Quoting Michael Bloch writing for Solar Quotes (link below):
"The Snowy 2.0 project will increase generation capacity by up to 2,000 megawatts and provide approximately 350,000 megawatt hours of energy storage when at full capacity. To be situated around halfway between Melbourne and Sydney, Snowy 2.0 would link Tantangara and Talbingo Reservoirs via approximately 27 kilometres of tunnels. A hydro power station is to be constructed at the middle point between the reservoirs, built almost 1 kilometre underground."The big question is, is it the best option, or would a number of smaller schemes, perhaps some of them in the Snowy Mountains, perhaps elsewhere, be better?
Why Snowy 2?
The concept of connecting two of the major Snowy Mountain reservoirs with a pumped hydro scheme has been discussed for a decade or more.
For example, a
piece written by retired engineer Peter Lang about the economics of a 9 GW scheme (much bigger than the proposed Snowy 2's 2 GW) connecting Tantangara Reservoir with Blowering Reservoir was written in 2010.
This would have the advantage over Snowy 2 of about 200 m more altitude difference than the Tantangara/Talbingo connection of Snowy 2, but the huge disadvantage of needing a 53 km tunnel, twice that of Snowy 2.
|Estimated cost||$4,500 million||$300-$400 million|
|Maximum power||2,000 MW||250 MW|
|Maximum stored energy||350,000 MWh||2,000 MWh|
|Maximum operating time at full power||175 hours||8 hours|
|Round trip efficiency||67% at 2000 MW and 76% at 1000 MW||79.4%|
|Length of tunnels||27 km||Less than 400 metres|
|Start-up time||30 minutes?||Less than 30 seconds|
|Hours of operation per year||87 (generating?) at full power|
Unknown time at less than full power
|2990 pumping, 2920 generating|
|Annual generation||(Minimum of) 174 GWh||657 GWh|
|Cost per MWh||$460 (also see note below)||$12|
Notes on the table
Economic viability of a pumped hydro developmentThe economic viability of any development at all depends on its income in relation to its operating costs and capital cost.
The annual gross income from a pumped hydro development is the income for each pumping-generation cycle multiplied by the number of pumping-generation cycles in a year. The income from a pumping-generation cycle depends on:
Summary, Snowy 2 versus KidstonThe key factor in this analysis is the stated 87 hours of operation at full power annually of Snowy 2, stated in Snowy Hydro's summary of the feasibility study; there seems to be no information in that study about expected operation at less than full power. At 87 hours per year, 1% of the time, this seems amazingly low; by comparison, Genex Power the operators of Kidson propose doing two pumping-generation cycles each day, perhaps generating 33% of the time.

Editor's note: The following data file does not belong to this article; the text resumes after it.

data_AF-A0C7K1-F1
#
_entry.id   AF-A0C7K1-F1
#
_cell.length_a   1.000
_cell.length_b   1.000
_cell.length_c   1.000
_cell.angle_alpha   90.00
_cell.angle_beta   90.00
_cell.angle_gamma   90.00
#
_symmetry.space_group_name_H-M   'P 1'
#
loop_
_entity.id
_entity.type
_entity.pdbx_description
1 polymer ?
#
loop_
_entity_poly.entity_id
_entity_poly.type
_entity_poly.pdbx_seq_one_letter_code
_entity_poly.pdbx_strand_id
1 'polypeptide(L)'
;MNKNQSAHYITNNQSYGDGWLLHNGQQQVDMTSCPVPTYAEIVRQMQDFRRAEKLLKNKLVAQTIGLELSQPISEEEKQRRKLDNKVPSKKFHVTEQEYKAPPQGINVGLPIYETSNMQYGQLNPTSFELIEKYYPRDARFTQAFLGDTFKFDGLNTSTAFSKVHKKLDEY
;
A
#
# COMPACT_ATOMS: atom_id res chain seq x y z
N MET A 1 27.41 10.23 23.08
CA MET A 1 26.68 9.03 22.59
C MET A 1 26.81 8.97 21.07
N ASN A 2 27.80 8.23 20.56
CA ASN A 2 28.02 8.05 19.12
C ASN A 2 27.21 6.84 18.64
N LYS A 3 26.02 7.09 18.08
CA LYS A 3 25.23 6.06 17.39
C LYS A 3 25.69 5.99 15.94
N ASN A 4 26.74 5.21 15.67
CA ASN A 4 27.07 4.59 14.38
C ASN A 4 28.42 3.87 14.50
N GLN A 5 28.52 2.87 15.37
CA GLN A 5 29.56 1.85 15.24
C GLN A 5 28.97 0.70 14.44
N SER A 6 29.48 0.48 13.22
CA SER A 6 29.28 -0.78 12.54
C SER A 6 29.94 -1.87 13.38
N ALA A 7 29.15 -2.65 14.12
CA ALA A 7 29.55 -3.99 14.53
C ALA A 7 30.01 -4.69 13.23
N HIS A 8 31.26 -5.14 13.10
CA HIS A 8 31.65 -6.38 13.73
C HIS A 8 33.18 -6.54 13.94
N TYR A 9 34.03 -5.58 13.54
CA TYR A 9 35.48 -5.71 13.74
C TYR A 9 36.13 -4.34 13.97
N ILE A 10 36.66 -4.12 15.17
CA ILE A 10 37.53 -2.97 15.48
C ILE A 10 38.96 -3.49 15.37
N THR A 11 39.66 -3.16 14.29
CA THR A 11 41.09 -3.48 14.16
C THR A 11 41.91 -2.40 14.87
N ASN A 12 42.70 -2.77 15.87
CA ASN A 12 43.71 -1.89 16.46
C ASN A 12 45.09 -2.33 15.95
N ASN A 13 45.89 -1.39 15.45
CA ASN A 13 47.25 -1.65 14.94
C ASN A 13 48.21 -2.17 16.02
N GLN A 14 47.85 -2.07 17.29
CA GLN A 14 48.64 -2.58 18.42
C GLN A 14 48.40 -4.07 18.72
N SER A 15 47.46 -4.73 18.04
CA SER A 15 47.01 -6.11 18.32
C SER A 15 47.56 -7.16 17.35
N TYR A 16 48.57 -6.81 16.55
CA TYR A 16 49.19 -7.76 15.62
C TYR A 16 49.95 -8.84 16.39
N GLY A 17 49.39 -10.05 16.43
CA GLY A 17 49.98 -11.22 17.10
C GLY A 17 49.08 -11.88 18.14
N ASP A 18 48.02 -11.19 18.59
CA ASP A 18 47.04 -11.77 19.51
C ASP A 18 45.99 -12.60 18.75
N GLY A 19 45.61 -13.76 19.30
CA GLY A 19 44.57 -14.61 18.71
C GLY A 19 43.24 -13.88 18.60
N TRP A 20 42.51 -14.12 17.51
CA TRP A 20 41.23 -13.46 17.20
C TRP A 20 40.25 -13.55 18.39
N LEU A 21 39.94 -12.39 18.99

From the above admittedly naïve comparison Snowy 2 has a cost ten times that of Kidston, but may generate less power! If this is credible how could Snowy 2 possibly be justified, especially when Kidston is only one of very many probably comparable pumped hydro developments around Australia?
Of course the scale of Snowy 2 means that the time required for construction, and the potential for cost blowouts, will be much greater than for smaller projects such as Kidston.
|Initial information has just become available from Tasmania and has been reported on the ABC. 14 possible sites have been identified with a total potential power of 4,800 MW; the more important figure, the amount of energy that could be stored (MWh) was not stated.|
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Elsewhere on the Internet...Snowy 2.0 – Is the reward worth the risk?; Paul Hyslop writing for RenewEconomy, 2018/11/13.
Australian National University group under Andrew Blakers identified 180 sites in South Australia, 5000 sites in Queensland, Tasmania, the Canberra district and near Alice Springs and 22,000 sites around Australia, all in mid 2017. They estimated that 400 ha of water storage would be required for SA to reach 100% renewable power; water top-up requirements were estimated to be less than 1% of SA's extraction from the Murray River.
PHES for SA ASAP; Pumped hydro energy storage for South Australia as soon as possible –s on Facebook
Bendigo Advertiser, 2018/03/21; Pumped hydro using Benidgo's mine shafts could push solar, wind capacity of region.
Energy Storage Association: Pumped Hydroelectric Storage
Is South Australia taking the lead in pumped hydro in Australia with the government announcing investments in four projects in February 2018? For more information see Energy Source and Distribution News, 2018/02/09.
Wikipedia: Pumped storage hydroelectricity
Pumped hydro using seawater in SAEnergy Australia: Consortium assessing pumped hydro storage plant in South Australia (using sea water)
Renew Economy: South Australia leads again as saltwater pumped hydro storage takes shape; By Simon Holmes a Court; 2017/09/29